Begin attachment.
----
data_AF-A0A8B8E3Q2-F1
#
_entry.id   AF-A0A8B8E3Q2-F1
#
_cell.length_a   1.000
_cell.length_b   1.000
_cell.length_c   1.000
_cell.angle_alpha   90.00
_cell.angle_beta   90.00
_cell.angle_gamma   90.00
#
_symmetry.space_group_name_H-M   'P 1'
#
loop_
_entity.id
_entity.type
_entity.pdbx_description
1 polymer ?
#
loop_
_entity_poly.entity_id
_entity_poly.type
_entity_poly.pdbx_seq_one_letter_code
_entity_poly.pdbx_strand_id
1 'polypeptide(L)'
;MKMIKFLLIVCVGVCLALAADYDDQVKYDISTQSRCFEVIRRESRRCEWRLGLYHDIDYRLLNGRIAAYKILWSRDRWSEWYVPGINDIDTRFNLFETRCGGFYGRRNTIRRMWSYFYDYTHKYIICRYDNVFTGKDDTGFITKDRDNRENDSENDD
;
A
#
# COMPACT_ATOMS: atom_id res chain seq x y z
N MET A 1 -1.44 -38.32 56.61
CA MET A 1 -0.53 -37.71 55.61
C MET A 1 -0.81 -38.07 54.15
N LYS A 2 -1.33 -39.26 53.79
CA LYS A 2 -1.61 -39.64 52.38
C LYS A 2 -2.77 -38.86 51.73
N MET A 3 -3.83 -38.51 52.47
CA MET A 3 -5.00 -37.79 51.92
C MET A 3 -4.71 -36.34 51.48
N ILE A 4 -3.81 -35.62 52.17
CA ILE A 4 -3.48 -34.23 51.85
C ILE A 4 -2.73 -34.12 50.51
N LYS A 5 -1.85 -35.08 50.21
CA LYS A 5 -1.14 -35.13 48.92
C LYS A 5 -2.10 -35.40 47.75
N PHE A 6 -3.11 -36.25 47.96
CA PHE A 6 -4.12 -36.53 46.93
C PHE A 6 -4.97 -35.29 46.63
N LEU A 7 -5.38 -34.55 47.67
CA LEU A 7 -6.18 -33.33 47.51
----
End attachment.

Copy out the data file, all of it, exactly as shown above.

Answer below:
data_AF-A0A8B8E3Q2-F1
#
_entry.id   AF-A0A8B8E3Q2-F1
#
_cell.length_a   1.000
_cell.length_b   1.000
_cell.length_c   1.000
_cell.angle_alpha   90.00
_cell.angle_beta   90.00
_cell.angle_gamma   90.00
#
_symmetry.space_group_name_H-M   'P 1'
#
loop_
_entity.id
_entity.type
_entity.pdbx_description
1 polymer ?
#
loop_
_entity_poly.entity_id
_entity_poly.type
_entity_poly.pdbx_seq_one_letter_code
_entity_poly.pdbx_strand_id
1 'polypeptide(L)'
;MKMIKFLLIVCVGVCLALAADYDDQVKYDISTQSRCFEVIRRESRRCEWRLGLYHDIDYRLLNGRIAAYKILWSRDRWSEWYVPGINDIDTRFNLFETRCGGFYGRRNTIRRMWSYFYDYTHKYIICRYDNVFTGKDDTGFITKDRDNRENDSENDD
;
A
#
# COMPACT_ATOMS: atom_id res chain seq x y z
N MET A 1 -1.44 -38.32 56.61
CA MET A 1 -0.53 -37.71 55.61
C MET A 1 -0.81 -38.07 54.15
N LYS A 2 -1.33 -39.26 53.79
CA LYS A 2 -1.61 -39.64 52.38
C LYS A 2 -2.77 -38.86 51.73
N MET A 3 -3.83 -38.51 52.47
CA MET A 3 -5.00 -37.79 51.92
C MET A 3 -4.71 -36.34 51.48
N ILE A 4 -3.81 -35.62 52.17
CA ILE A 4 -3.48 -34.23 51.85
C ILE A 4 -2.73 -34.12 50.51
N LYS A 5 -1.85 -35.08 50.21
CA LYS A 5 -1.14 -35.13 48.92
C LYS A 5 -2.10 -35.40 47.75
N PHE A 6 -3.11 -36.25 47.96
CA PHE A 6 -4.12 -36.53 46.93
C PHE A 6 -4.97 -35.29 46.63
N LEU A 7 -5.38 -34.55 47.67
CA LEU A 7 -6.18 -33.33 47.51